Endangered Snail Found in Snake River Below Minidoka Dam

Agencies to Continue Collaboration on Dam Operations

Media Contact: Diana Cross, (208) 378-5020
Jeff Foss, (208) 378-5243

For Release: November 21, 2008

A species of mollusk has been confirmed to exist in the upper Snake River below Minidoka Dam, Federal officials announced today.

The Snake River physa, a freshwater snail, was listed as endangered under the Endangered Species Act on December 12, 1992. It had not been collected since the 1980s and was believed to be extirpated from its Snake River habitat.

Snail samples were collected by the Bureau of Reclamation from 2006-2008 in the 11.5-mile stretch of the Snake River starting at Minidoka Dam and extending downstream. The samples were sent to a mollusk expert at the University of Michigan for taxonomic and genetic analysis.

"Results of independent analysis positively confirm the presence of Snake River physa in the Snake River below Minidoka Dam," said Jerrold Gregg, Manager of Reclamation's Snake River Area Office.

In accordance with the ESA, Reclamation consulted with the US Fish and Wildlife Service on operations and maintenance at 12 Federal projects in the upper Snake River basin and in 2005 the Service issued a Biological Opinion on this operation. As part of this consultation, Reclamation agreed to conduct a survey to determine whether Snake River physa existed in the action area.

Jeff Foss, Field Supervisor of the Service's Snake River Office, said, "We commend the excellent scientific work Reclamation conducted with the snail survey that resulted in the collection of Snake River physa. This important confirmation will provide a greater understanding of the species and its habitat. We look forward to the final report."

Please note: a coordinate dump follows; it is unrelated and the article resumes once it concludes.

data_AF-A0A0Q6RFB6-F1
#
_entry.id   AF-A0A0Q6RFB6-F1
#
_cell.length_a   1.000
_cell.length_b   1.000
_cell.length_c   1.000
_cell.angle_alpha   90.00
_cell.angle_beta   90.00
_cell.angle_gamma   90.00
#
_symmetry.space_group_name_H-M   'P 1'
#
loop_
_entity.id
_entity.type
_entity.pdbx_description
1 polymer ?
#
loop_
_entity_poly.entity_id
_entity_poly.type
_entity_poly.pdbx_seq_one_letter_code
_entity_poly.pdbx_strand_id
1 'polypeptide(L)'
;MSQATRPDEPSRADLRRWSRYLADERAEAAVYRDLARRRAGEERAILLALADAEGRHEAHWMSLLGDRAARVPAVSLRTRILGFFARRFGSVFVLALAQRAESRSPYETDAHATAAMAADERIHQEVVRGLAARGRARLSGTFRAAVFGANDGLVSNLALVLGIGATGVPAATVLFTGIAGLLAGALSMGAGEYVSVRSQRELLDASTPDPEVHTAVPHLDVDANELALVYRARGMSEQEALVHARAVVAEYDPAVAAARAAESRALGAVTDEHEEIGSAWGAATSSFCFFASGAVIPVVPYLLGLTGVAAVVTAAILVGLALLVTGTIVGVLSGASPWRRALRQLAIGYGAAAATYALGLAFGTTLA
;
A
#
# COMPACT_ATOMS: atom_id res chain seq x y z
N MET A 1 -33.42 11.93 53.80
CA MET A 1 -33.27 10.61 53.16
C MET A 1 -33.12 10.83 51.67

Following the discovery of the snail, discussions started between Reclamation and the Service on how this discovery might affect the 2005 Biological Opinion. Current water operations are consistent with the existing 30-year Opinion, and Reclamation is not proposing any change in its existing operation. The adaptive management approach included in the proposed action will allow for minor operational modifications to minimize adverse effects to physa. The agencies will continue to evaluate new information and potential impacts to the species.

Montana State University researchers coordinated the study effort and will be compiling and analyzing all three years of the survey data. A final report, to be provided to Reclamation in March 2010, is expected to provide a better understanding of whether and how operations may affect this species.

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Reclamation is the largest wholesale water supplier and the second largest producer of hydroelectric power in the United States, with operations and facilities in the 17 Western States. Its facilities also provide substantial flood control, recreation, and fish and wildlife benefits. Visit our website at www.usbr.gov and follow us on Twitter @USBR.